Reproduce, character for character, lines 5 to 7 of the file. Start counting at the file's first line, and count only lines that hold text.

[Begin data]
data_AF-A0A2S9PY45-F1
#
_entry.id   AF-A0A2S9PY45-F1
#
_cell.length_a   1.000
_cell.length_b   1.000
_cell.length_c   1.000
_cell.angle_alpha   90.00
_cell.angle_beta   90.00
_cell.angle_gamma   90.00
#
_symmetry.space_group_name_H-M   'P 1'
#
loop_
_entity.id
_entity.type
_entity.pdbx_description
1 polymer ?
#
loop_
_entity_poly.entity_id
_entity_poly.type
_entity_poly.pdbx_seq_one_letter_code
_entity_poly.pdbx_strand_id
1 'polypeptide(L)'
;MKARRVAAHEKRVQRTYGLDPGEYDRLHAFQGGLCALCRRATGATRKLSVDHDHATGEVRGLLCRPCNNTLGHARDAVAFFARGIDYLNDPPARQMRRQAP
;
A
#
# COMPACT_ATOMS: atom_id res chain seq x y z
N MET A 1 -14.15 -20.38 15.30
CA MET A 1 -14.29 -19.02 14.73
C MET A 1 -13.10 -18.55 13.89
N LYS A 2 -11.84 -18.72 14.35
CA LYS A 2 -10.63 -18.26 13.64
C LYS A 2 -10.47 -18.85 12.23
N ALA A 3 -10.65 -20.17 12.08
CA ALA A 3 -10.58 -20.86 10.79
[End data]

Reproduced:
_cell.length_a   1.000
_cell.length_b   1.000
_cell.length_c   1.000